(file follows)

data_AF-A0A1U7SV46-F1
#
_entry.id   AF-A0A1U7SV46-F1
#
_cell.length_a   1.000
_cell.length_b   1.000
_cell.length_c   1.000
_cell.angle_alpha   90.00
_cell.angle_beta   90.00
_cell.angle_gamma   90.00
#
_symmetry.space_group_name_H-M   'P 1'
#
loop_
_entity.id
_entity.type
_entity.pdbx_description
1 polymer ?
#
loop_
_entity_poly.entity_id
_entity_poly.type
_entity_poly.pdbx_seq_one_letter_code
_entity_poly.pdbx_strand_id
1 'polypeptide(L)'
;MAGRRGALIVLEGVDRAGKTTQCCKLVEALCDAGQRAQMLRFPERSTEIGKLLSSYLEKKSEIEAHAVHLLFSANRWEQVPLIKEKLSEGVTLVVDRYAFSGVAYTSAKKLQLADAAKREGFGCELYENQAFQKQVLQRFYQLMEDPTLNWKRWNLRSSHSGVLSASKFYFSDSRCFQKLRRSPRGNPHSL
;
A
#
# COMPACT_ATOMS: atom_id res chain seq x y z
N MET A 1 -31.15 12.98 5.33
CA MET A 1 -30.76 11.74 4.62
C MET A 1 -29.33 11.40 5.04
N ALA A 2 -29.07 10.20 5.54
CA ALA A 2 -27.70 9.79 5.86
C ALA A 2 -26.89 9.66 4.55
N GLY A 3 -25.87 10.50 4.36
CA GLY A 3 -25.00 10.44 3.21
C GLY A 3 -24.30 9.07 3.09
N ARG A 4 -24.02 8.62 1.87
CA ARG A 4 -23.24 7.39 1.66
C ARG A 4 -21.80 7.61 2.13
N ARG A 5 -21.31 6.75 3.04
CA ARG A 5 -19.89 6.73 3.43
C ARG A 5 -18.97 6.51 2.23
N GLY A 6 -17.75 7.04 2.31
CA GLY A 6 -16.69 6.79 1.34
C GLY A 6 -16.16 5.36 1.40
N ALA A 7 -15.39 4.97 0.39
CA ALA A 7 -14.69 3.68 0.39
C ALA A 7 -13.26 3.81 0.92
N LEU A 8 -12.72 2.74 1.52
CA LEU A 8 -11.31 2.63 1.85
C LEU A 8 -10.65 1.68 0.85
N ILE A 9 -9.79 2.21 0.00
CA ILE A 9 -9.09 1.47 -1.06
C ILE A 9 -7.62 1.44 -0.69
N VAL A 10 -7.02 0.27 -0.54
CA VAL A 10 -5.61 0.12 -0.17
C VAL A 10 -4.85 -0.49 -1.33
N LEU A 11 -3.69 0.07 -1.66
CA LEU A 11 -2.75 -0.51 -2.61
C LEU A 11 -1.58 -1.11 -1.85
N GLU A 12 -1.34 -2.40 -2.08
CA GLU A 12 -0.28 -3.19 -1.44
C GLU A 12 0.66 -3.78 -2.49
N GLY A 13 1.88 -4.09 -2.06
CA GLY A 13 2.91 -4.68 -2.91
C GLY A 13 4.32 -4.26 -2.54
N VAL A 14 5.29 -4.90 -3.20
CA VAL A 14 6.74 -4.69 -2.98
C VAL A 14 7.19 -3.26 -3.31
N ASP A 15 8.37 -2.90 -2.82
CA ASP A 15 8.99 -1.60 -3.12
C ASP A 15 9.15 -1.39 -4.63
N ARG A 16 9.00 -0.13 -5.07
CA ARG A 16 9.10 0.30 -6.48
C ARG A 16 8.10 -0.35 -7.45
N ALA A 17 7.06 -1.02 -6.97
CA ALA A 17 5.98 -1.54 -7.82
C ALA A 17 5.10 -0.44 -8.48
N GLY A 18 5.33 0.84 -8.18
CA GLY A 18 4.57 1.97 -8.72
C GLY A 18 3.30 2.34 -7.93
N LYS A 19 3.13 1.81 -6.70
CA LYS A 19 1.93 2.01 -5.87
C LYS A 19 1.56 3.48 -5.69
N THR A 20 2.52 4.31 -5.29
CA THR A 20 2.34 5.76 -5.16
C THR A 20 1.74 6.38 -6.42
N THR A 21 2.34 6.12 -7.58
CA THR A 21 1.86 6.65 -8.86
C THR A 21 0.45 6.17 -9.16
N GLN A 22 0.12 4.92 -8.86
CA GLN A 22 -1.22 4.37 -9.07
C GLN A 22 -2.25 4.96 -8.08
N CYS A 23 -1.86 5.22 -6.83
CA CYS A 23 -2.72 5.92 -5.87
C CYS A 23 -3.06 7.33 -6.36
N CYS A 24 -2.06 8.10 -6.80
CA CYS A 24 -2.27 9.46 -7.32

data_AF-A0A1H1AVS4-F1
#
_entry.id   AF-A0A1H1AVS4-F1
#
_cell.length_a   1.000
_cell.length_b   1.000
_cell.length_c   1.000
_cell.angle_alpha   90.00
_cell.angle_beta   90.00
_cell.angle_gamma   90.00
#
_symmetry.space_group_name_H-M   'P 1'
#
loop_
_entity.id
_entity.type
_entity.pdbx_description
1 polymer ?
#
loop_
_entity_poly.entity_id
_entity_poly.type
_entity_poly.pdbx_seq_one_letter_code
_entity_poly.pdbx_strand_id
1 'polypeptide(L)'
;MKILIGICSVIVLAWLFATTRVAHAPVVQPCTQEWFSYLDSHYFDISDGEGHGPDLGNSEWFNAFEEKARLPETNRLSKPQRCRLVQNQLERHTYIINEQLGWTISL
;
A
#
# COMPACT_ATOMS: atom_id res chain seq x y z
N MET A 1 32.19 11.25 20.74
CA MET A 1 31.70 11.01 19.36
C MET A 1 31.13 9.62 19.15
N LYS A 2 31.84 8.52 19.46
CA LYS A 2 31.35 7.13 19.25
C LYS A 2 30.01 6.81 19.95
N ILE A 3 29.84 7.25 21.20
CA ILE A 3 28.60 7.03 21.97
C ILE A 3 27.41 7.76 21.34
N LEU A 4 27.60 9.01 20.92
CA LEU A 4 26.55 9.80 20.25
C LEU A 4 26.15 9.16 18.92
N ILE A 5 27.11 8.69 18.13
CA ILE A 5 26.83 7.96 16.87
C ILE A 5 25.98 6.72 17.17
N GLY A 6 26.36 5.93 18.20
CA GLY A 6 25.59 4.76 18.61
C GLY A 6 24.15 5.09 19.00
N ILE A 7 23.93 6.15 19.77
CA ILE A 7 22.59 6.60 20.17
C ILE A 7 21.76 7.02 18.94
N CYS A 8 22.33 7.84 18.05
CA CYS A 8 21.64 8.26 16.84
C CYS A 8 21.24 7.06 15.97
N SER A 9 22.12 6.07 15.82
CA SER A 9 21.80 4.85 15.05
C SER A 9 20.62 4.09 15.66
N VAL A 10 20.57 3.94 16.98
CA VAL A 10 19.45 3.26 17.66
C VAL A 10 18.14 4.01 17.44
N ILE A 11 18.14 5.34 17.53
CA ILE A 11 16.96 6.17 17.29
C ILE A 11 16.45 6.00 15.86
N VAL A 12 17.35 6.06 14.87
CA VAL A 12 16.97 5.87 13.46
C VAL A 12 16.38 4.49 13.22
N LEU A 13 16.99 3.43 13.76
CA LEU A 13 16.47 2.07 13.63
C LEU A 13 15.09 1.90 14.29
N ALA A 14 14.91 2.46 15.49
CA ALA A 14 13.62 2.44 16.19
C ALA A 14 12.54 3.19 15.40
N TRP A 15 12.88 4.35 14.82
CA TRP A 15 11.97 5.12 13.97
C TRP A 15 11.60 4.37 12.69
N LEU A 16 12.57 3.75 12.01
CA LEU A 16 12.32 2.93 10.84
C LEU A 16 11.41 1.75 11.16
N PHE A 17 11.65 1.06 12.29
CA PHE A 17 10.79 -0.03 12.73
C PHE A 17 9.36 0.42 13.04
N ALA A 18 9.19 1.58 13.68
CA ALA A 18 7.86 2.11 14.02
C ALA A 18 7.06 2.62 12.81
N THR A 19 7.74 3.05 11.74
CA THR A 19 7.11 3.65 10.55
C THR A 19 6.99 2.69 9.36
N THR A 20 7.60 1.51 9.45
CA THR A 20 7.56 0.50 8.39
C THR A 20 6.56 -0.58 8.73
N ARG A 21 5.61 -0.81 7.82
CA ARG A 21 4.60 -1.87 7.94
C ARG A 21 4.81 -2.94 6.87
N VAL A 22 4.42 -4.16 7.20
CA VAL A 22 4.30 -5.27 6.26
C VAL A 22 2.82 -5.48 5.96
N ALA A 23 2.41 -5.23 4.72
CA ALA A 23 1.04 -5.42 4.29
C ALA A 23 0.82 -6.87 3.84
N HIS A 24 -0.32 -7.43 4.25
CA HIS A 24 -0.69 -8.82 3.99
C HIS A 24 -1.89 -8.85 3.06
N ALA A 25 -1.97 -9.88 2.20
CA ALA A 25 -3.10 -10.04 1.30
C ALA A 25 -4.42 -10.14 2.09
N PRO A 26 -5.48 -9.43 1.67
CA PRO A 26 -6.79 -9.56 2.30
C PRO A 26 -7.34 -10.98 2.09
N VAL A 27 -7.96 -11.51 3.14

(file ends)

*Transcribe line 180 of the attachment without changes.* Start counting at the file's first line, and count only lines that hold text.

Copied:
N PHE A 17 11.65 1.06 12.29